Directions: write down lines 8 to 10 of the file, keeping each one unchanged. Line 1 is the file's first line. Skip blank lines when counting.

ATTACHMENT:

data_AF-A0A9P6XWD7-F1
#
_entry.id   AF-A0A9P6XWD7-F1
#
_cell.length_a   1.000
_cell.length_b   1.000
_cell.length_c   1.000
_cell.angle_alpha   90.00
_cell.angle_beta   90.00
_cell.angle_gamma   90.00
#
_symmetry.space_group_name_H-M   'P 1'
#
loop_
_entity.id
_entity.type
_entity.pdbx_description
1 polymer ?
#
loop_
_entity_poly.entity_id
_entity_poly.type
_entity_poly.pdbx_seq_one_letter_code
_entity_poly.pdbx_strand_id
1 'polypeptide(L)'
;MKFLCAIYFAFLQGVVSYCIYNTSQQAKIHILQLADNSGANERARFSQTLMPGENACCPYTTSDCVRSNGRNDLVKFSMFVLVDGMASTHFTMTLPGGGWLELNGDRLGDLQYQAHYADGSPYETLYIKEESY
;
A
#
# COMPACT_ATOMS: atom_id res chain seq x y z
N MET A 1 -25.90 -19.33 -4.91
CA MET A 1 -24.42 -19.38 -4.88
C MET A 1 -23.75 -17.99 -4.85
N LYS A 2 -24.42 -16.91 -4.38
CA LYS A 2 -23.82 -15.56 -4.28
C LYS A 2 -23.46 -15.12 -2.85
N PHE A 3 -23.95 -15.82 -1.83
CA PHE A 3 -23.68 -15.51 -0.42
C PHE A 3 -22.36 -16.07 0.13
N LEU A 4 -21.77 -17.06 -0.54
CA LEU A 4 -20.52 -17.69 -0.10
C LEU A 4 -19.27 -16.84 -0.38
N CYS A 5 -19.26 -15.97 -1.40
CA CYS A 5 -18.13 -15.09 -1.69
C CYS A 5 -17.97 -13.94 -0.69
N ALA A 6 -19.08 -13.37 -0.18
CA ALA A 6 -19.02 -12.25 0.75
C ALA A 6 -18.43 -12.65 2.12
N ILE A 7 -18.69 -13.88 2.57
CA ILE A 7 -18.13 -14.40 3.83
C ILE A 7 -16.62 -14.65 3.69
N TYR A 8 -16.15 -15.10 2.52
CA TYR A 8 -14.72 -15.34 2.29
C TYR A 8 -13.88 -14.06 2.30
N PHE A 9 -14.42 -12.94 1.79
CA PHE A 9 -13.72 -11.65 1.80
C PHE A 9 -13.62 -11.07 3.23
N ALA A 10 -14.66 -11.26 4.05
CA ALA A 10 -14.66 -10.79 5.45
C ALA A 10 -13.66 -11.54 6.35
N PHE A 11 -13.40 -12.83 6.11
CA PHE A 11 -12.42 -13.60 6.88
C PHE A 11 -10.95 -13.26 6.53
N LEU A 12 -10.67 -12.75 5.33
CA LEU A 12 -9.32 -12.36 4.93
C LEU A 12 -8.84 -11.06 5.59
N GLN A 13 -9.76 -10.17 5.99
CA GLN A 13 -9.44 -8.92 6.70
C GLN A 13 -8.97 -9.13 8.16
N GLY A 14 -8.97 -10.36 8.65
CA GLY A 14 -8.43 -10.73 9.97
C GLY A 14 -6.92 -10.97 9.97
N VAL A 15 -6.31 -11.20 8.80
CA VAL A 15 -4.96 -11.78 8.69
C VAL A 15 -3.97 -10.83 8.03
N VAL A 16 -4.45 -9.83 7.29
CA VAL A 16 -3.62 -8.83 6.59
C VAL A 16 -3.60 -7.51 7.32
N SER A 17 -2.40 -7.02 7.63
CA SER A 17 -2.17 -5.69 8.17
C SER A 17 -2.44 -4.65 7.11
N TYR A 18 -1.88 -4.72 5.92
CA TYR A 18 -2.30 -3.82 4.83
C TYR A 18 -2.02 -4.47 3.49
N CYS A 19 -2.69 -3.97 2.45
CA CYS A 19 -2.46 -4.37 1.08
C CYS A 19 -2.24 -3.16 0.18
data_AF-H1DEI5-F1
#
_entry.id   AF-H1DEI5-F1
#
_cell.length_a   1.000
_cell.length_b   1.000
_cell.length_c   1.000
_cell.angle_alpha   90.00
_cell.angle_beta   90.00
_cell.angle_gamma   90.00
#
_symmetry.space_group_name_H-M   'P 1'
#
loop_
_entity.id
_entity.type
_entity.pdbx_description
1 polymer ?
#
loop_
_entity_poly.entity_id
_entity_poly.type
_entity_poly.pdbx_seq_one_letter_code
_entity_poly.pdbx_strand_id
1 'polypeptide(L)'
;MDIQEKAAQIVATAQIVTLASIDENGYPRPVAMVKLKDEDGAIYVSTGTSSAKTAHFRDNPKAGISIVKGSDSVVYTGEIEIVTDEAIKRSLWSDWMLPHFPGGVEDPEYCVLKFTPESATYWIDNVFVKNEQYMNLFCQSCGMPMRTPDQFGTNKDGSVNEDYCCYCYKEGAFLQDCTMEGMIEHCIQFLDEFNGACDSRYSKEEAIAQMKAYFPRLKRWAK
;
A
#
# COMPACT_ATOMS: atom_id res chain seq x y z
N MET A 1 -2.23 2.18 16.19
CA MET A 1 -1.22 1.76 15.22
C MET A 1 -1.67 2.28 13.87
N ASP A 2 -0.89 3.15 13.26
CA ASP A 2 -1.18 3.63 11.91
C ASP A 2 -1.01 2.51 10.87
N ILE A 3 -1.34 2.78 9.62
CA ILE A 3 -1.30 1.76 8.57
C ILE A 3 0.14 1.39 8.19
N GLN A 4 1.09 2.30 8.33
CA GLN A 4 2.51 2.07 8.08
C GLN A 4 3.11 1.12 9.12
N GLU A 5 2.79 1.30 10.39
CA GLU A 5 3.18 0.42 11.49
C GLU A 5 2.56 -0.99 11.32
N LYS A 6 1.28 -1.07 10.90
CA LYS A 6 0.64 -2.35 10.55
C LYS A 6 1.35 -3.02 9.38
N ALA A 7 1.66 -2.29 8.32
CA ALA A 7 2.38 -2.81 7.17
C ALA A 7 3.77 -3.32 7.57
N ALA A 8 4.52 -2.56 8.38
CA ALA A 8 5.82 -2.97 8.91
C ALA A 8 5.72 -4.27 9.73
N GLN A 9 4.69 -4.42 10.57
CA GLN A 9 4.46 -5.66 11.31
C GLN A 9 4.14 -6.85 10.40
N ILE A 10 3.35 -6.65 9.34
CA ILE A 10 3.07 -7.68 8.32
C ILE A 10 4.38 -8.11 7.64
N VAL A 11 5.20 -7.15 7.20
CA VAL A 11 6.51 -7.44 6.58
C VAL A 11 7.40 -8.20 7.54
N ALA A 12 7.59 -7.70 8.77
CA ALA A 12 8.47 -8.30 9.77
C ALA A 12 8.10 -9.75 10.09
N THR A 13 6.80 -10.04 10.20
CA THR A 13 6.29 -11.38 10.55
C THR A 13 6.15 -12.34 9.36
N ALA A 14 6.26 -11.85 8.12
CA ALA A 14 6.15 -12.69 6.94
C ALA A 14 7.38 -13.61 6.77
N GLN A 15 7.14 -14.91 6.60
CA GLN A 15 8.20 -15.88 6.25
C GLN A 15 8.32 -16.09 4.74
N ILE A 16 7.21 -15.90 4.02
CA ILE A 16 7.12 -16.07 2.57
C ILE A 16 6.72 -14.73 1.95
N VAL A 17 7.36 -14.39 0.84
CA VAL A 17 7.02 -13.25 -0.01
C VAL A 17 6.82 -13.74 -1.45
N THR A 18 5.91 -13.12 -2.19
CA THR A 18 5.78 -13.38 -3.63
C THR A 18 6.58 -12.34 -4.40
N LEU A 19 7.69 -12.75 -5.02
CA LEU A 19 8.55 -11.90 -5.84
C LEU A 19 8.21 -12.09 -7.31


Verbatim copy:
_cell.angle_alpha   90.00
_cell.angle_beta   90.00
_cell.angle_gamma   90.00